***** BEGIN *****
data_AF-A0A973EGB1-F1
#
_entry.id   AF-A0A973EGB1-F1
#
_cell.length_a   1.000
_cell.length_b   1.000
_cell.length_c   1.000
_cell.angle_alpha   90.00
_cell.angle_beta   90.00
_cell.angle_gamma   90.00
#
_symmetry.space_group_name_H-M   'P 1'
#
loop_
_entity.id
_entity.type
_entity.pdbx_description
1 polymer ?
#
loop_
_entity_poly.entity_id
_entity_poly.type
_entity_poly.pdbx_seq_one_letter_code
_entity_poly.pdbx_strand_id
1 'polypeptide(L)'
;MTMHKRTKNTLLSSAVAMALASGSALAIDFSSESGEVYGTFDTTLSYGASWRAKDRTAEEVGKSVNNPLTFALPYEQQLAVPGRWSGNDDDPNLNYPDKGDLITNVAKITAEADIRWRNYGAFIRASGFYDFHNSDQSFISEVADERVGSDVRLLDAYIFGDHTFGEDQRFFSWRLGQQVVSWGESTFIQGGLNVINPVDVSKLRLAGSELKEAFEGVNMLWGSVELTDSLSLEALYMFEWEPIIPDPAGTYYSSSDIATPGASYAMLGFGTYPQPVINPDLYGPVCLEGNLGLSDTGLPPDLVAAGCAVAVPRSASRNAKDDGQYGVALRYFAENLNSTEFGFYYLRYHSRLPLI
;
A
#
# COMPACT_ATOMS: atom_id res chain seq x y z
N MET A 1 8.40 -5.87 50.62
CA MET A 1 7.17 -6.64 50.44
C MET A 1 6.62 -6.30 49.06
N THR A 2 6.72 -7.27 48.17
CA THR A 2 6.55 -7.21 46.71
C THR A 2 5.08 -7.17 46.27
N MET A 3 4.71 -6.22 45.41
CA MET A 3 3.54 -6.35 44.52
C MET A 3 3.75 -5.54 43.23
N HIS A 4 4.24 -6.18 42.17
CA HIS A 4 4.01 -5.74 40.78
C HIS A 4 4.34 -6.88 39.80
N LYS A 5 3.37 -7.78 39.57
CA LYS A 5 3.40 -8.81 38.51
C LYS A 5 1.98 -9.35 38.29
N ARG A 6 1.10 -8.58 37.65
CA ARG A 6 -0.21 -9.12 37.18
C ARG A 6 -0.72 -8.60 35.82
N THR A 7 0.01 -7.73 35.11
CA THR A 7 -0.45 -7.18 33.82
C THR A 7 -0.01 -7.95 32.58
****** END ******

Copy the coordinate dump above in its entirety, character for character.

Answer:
data_AF-A0A973EGB1-F1
#
_entry.id   AF-A0A973EGB1-F1
#
_cell.length_a   1.000
_cell.length_b   1.000
_cell.length_c   1.000
_cell.angle_alpha   90.00
_cell.angle_beta   90.00
_cell.angle_gamma   90.00
#
_symmetry.space_group_name_H-M   'P 1'
#
loop_
_entity.id
_entity.type
_entity.pdbx_description
1 polymer ?
#
loop_
_entity_poly.entity_id
_entity_poly.type
_entity_poly.pdbx_seq_one_letter_code
_entity_poly.pdbx_strand_id
1 'polypeptide(L)'
;MTMHKRTKNTLLSSAVAMALASGSALAIDFSSESGEVYGTFDTTLSYGASWRAKDRTAEEVGKSVNNPLTFALPYEQQLAVPGRWSGNDDDPNLNYPDKGDLITNVAKITAEADIRWRNYGAFIRASGFYDFHNSDQSFISEVADERVGSDVRLLDAYIFGDHTFGEDQRFFSWRLGQQVVSWGESTFIQGGLNVINPVDVSKLRLAGSELKEAFEGVNMLWGSVELTDSLSLEALYMFEWEPIIPDPAGTYYSSSDIATPGASYAMLGFGTYPQPVINPDLYGPVCLEGNLGLSDTGLPPDLVAAGCAVAVPRSASRNAKDDGQYGVALRYFAENLNSTEFGFYYLRYHSRLPLI
;
A
#
# COMPACT_ATOMS: atom_id res chain seq x y z
N MET A 1 8.40 -5.87 50.62
CA MET A 1 7.17 -6.64 50.44
C MET A 1 6.62 -6.30 49.06
N THR A 2 6.72 -7.27 48.17
CA THR A 2 6.55 -7.21 46.71
C THR A 2 5.08 -7.17 46.27
N MET A 3 4.71 -6.22 45.41
CA MET A 3 3.54 -6.35 44.52
C MET A 3 3.75 -5.54 43.23
N HIS A 4 4.24 -6.18 42.17
CA HIS A 4 4.01 -5.74 40.78
C HIS A 4 4.34 -6.88 39.80
N LYS A 5 3.37 -7.78 39.57
CA LYS A 5 3.40 -8.81 38.51
C LYS A 5 1.98 -9.35 38.29
N ARG A 6 1.10 -8.58 37.65
CA ARG A 6 -0.21 -9.12 37.18
C ARG A 6 -0.72 -8.60 35.82
N THR A 7 0.01 -7.73 35.11
CA THR A 7 -0.45 -7.18 33.82
C THR A 7 -0.01 -7.95 32.58